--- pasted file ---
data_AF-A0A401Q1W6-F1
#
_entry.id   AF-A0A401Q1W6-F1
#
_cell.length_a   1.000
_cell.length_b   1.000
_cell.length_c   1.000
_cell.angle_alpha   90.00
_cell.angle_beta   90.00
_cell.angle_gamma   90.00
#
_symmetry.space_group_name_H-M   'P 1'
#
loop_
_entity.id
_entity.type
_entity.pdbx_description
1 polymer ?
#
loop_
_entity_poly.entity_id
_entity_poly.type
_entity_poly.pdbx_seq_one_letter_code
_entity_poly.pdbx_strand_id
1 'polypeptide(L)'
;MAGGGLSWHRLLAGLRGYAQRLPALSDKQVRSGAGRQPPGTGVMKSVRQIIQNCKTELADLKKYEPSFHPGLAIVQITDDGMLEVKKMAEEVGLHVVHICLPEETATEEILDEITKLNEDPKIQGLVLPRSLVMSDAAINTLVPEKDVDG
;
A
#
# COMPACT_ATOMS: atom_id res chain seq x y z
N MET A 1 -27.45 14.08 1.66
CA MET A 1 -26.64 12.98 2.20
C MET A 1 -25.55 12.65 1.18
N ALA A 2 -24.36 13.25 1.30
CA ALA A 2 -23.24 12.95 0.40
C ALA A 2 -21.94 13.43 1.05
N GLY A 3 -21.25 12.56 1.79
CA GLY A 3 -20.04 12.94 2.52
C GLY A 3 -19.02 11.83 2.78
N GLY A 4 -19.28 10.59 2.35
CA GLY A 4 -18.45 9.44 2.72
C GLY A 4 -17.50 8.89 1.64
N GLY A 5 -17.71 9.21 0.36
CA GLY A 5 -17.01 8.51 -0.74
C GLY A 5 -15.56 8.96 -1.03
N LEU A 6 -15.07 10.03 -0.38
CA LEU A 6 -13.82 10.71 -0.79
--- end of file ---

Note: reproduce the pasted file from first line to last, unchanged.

data_AF-A0A401Q1W6-F1
#
_entry.id   AF-A0A401Q1W6-F1
#
_cell.length_a   1.000
_cell.length_b   1.000
_cell.length_c   1.000
_cell.angle_alpha   90.00
_cell.angle_beta   90.00
_cell.angle_gamma   90.00
#
_symmetry.space_group_name_H-M   'P 1'
#
loop_
_entity.id
_entity.type
_entity.pdbx_description
1 polymer ?
#
loop_
_entity_poly.entity_id
_entity_poly.type
_entity_poly.pdbx_seq_one_letter_code
_entity_poly.pdbx_strand_id
1 'polypeptide(L)'
;MAGGGLSWHRLLAGLRGYAQRLPALSDKQVRSGAGRQPPGTGVMKSVRQIIQNCKTELADLKKYEPSFHPGLAIVQITDDGMLEVKKMAEEVGLHVVHICLPEETATEEILDEITKLNEDPKIQGLVLPRSLVMSDAAINTLVPEKDVDG
;
A
#
# COMPACT_ATOMS: atom_id res chain seq x y z
N MET A 1 -27.45 14.08 1.66
CA MET A 1 -26.64 12.98 2.20
C MET A 1 -25.55 12.65 1.18
N ALA A 2 -24.36 13.25 1.30
CA ALA A 2 -23.24 12.95 0.40
C ALA A 2 -21.94 13.43 1.05
N GLY A 3 -21.25 12.56 1.79
CA GLY A 3 -20.04 12.94 2.52
C GLY A 3 -19.02 11.83 2.78
N GLY A 4 -19.28 10.59 2.35
CA GLY A 4 -18.45 9.44 2.72
C GLY A 4 -17.50 8.89 1.64
N GLY A 5 -17.71 9.21 0.36
CA GLY A 5 -17.01 8.51 -0.74
C GLY A 5 -15.56 8.96 -1.03
N LEU A 6 -15.07 10.03 -0.38
CA LEU A 6 -13.82 10.71 -0.79